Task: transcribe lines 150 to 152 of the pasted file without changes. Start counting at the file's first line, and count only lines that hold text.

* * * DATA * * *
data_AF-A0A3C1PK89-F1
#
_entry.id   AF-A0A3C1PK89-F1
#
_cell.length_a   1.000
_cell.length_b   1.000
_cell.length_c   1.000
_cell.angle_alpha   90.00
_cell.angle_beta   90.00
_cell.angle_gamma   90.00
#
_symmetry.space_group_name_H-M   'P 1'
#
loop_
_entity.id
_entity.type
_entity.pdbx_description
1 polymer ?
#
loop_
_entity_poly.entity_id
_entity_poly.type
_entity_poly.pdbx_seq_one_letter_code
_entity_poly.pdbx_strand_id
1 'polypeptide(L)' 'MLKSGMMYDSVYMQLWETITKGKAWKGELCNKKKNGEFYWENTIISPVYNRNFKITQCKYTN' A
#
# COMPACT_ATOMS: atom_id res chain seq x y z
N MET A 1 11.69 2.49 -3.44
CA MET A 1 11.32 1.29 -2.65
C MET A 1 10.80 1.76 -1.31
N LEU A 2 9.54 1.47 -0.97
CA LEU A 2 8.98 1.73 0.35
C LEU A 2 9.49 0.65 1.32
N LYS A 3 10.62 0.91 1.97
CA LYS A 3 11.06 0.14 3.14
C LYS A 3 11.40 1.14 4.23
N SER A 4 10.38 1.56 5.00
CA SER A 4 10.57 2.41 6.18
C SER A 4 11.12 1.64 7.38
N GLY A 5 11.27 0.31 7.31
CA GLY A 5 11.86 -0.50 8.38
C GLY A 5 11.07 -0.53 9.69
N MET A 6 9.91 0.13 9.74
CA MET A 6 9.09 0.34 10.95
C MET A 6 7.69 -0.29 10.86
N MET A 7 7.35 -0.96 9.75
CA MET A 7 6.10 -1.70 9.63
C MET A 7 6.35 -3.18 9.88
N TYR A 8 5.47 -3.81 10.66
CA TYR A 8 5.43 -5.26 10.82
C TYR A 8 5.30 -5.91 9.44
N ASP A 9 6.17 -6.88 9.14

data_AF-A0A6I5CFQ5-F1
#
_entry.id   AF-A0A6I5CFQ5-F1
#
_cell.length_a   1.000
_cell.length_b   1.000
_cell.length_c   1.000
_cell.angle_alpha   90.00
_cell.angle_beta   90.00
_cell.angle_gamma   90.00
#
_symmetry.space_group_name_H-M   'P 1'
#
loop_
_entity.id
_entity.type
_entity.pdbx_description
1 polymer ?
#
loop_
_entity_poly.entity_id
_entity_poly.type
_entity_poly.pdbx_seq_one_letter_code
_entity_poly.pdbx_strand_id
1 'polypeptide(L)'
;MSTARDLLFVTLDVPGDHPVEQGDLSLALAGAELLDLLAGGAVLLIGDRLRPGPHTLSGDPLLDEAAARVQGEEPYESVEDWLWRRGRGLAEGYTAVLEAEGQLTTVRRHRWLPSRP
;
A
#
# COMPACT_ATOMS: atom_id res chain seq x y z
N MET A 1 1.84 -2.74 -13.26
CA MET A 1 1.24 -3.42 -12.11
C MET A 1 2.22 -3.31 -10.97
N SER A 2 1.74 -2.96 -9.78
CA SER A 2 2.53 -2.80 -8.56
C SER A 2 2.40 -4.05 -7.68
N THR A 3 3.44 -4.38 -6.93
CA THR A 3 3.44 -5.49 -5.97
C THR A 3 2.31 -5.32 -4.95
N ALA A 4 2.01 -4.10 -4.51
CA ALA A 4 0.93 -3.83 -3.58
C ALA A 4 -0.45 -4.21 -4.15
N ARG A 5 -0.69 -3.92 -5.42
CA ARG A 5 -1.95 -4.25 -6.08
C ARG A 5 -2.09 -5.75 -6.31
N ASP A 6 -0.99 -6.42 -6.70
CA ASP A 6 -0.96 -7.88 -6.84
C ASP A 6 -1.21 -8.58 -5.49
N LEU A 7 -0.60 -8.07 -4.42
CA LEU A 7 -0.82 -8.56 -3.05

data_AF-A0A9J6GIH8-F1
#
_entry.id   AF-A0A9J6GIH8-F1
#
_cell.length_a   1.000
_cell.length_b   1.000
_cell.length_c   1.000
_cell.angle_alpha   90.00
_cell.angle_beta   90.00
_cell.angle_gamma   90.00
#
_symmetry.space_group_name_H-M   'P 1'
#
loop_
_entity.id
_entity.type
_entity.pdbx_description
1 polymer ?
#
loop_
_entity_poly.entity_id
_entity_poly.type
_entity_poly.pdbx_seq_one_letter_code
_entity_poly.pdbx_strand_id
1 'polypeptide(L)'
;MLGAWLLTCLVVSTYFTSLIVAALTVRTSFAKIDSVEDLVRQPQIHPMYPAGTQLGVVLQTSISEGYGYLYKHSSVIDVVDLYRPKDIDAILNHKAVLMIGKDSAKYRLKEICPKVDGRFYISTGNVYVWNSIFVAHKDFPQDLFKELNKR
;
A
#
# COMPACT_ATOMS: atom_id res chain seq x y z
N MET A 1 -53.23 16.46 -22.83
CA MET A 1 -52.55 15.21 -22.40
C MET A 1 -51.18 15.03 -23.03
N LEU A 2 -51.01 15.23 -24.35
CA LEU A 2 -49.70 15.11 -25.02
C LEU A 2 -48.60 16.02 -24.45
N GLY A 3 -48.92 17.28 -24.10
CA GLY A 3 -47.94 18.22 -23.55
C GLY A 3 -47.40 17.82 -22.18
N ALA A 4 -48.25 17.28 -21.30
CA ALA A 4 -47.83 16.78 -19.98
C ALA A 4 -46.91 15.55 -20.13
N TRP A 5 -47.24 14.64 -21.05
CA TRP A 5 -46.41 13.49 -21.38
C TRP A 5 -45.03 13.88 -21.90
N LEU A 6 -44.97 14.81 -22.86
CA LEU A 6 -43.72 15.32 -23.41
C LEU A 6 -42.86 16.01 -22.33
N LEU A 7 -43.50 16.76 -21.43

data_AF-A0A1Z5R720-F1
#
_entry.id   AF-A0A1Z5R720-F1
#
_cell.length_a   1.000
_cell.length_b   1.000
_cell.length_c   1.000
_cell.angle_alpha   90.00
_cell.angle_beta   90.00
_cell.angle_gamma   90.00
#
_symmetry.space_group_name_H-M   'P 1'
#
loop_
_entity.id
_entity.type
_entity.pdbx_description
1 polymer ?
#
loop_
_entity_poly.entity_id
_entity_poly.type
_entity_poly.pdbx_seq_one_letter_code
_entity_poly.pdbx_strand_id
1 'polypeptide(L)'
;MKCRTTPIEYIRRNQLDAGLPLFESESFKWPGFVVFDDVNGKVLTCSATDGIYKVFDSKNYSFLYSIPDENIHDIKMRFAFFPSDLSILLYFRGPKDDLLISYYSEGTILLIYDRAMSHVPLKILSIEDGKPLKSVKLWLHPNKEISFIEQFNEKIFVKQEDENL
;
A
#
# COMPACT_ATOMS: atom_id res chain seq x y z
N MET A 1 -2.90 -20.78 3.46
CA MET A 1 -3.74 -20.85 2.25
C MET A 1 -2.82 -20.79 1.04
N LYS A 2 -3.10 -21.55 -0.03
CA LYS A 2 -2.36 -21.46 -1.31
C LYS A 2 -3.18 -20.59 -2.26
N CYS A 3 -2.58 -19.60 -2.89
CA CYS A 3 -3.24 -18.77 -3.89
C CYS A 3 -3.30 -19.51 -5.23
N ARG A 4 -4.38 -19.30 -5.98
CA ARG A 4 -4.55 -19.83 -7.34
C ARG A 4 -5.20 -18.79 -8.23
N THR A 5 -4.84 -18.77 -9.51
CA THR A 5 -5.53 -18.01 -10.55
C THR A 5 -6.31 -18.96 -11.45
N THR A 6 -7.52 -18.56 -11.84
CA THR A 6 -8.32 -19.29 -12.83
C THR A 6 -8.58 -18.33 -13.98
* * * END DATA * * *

C LEU A 6 -42.86 16.01 -22.33
N LEU A 7 -43.50 16.76 -21.43

data_AF-A0A1Z5R720-F1